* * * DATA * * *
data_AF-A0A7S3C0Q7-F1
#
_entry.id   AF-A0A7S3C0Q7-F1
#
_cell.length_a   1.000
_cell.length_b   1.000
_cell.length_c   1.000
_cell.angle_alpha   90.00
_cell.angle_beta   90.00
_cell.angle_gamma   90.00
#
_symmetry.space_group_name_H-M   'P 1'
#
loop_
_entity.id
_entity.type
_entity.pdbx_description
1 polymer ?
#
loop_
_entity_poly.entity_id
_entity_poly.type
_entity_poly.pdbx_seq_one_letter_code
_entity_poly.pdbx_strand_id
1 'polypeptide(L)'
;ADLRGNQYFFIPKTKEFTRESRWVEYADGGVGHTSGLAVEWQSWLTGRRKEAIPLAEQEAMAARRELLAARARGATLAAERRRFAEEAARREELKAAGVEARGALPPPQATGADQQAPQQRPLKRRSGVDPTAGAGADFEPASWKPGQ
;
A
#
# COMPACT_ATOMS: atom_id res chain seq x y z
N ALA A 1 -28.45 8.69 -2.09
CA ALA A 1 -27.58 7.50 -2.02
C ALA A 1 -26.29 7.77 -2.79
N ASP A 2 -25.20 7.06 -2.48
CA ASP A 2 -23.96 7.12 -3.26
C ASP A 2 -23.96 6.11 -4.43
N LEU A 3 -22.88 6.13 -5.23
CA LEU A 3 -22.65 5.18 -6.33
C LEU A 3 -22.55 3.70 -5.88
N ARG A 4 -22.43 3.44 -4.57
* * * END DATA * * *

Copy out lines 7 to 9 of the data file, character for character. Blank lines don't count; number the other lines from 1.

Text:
_cell.length_c   1.000
_cell.angle_alpha   90.00
_cell.angle_beta   90.00